My DNA Results Have Arrived!

Monday, February 8th, 2016

This past holiday season my favorite Christmas present from my husband was an AncestryDNA kit. I think I casually mentioned maybe once or twice that I wanted to take the test after watching the commercial on TV. I couldn’t wait to receive my results so I quickly spit in the provided tube and off my DNA went to their laboratory in Utah. Approximately five weeks later I received an email that announced my results were ready. I clicked on it with anticipation and my computer froze. I wanted to scream but I didn’t. I waited for the system to get itself together, and when it did, there before me were my results from 17 different regions. After viewing the chart I discovered that I am:

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79% African

  • Ivory Coast/Ghana – 26%
  • Congo – 22% – This may explain why I connected to the people in the Congo when I lived there as a Peace Corps Volunteer
  • Senegal – 16%
  • Benin/Togo – 9%
  • African South-Central Hunter Gatherers – 2%
  • Mali – 2%
  • African Southeastern Bantu – <1%
  • Nigerian – <1%

<1% Asian

  • Asia Central
    • Kazakhstan
    • Iran
    • Kyrqyzstan
    • Turkmenistan
    • Uzbekistan
    • Afghanistan

19% European

  • Great Britain – 11% – This may explain why I connect so easily with everyone I meet from the UK. I often thought I was British in a past life but it turns out I am British in this life.
  • Iberian Peninsula – 2%
  • Italy/Greece – 2%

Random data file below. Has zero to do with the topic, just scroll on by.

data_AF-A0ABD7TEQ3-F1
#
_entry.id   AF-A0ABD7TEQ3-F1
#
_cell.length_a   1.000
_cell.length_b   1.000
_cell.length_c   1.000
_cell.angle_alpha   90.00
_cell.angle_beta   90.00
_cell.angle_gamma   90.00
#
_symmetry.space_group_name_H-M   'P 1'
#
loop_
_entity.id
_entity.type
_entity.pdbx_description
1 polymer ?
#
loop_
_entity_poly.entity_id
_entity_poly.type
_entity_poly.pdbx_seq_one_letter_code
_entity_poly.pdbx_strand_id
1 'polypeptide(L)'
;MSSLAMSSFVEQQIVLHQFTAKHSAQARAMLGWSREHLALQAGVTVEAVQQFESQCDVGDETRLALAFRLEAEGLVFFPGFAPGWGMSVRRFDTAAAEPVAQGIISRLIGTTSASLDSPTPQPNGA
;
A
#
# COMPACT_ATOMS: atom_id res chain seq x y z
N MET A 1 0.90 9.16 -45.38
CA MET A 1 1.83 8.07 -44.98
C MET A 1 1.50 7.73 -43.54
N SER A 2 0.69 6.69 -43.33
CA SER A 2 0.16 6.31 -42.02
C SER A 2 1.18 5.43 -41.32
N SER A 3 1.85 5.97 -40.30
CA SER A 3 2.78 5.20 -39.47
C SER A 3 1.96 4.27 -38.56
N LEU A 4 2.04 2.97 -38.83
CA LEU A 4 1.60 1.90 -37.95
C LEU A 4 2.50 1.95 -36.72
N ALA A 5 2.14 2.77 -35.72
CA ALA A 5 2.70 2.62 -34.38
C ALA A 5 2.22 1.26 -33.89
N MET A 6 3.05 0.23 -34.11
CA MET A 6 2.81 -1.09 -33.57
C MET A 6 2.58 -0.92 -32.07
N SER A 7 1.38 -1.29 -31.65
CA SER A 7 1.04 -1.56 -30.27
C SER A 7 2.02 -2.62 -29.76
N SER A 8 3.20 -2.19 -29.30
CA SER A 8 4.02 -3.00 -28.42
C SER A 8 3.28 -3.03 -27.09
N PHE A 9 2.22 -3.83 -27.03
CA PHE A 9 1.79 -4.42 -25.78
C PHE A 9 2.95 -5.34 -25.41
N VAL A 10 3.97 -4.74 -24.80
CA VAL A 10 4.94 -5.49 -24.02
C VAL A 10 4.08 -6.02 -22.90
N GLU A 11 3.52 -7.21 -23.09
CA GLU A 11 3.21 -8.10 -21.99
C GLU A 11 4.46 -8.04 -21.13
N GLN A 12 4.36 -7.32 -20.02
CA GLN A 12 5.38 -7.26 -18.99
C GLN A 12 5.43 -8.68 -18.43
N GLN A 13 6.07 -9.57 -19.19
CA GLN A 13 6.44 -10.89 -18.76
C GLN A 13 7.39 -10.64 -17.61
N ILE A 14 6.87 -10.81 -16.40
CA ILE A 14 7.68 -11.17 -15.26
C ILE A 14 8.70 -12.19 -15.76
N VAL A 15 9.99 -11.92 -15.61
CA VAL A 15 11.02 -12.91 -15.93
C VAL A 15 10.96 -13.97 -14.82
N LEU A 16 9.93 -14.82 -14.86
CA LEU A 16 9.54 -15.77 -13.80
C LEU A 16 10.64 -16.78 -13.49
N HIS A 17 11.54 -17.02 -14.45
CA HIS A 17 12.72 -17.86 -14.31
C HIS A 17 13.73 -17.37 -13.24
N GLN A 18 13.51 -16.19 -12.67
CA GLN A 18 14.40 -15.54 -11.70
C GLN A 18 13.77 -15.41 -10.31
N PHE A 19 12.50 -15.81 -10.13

• Ireland – 2% – My maiden name is Irish.
  • Scandinavia – <1%
  • Finland/Northwest Russia – <1%
  • Europe East – <1%

<1% West Asian

  • Caucasus Region
    • Ukraine
    • Romania
    • Turkey
    • Syria
    • Iran
    • Iraq
    • Turkmenistan
    • Afghanistan
    • Pakistan
    • Saudi Arabia
    • U.A.E.

I love my results. I knew my bloodline was busy but the Middle East was a surprise. I was also extremely shocked to find that I am 0% Native American. Now see I know many blacks back in the day claimed to have Native blood and I know from watching a PBS special that most blacks do NOT possess Native blood but white blood instead. I know that history but didn’t think I was one of those blacks because I was told my great grandmother was Native. She raised my mother and her children and my mom always said, “Mama was Native American.” In addition my mom has stories of her great grandmother singing Native songs to her when she was a young child. So, with all of that, where is my Native blood?

I started thinking and thinking about my family with a side eye. Who are these people? Then I called Ancestry to discuss my results. I needed more answers. They sent a video that explained siblings can have different DNA results because they inherit half from their mother and half from their father and might not inherit the same half. However children will share the same DNA that their parents have but still won’t inherit all. Okay so again where is my Native blood?

The video continued and explained all DNA from grandparents and great grandparents do NOT pass on to every child. As time goes on through generations one can easily loose strains of DNA.

So that’s what happened to my Native blood? That particular gene, for whatever reason, did not pass on to me. WOW!

I told my mother she should take the test too.

Click HERE for more.

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